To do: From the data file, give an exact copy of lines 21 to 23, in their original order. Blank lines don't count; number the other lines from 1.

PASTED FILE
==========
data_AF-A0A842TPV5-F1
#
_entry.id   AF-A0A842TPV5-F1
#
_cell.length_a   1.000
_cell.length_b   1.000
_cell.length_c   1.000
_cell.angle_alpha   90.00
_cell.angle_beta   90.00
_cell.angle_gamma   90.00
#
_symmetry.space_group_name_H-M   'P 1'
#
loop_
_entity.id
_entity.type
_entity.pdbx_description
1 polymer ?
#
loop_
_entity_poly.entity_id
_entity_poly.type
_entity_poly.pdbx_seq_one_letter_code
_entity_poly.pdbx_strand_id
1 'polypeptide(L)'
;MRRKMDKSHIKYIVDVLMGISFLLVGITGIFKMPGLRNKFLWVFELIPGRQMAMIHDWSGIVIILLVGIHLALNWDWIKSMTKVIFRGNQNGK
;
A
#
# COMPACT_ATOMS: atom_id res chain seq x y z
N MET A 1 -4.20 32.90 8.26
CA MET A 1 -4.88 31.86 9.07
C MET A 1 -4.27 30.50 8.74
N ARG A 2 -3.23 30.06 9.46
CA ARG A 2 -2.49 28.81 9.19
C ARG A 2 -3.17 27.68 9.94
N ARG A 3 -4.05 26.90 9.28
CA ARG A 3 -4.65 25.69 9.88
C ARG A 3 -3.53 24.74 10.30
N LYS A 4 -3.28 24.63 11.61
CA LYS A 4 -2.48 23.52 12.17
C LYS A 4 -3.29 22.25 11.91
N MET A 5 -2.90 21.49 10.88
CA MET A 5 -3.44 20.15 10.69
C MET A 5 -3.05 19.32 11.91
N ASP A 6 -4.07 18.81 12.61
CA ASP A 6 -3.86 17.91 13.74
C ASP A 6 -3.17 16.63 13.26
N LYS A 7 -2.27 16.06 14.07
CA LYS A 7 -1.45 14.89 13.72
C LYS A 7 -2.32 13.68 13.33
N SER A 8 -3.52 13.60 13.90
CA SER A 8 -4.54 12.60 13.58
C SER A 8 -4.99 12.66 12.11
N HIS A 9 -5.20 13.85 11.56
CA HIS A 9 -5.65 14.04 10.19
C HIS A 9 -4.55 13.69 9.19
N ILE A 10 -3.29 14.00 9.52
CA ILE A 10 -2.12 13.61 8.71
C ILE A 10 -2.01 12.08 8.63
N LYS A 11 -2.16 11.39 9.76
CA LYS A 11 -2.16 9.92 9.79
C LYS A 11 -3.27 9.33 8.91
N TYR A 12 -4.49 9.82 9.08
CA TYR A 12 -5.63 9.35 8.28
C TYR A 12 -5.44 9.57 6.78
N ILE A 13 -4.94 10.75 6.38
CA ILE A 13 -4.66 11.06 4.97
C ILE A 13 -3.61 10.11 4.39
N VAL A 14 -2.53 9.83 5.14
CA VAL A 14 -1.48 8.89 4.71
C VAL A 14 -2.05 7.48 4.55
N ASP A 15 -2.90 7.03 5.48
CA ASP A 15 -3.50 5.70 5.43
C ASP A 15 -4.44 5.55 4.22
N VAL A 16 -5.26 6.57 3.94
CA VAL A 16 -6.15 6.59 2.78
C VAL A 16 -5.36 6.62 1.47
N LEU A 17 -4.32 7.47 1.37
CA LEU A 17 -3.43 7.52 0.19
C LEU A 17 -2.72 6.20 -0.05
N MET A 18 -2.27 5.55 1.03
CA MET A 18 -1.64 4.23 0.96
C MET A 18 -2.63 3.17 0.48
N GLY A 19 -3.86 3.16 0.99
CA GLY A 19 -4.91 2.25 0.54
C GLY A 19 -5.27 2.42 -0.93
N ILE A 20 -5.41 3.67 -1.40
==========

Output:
_entity_poly.entity_id
_entity_poly.type
_entity_poly.pdbx_seq_one_letter_code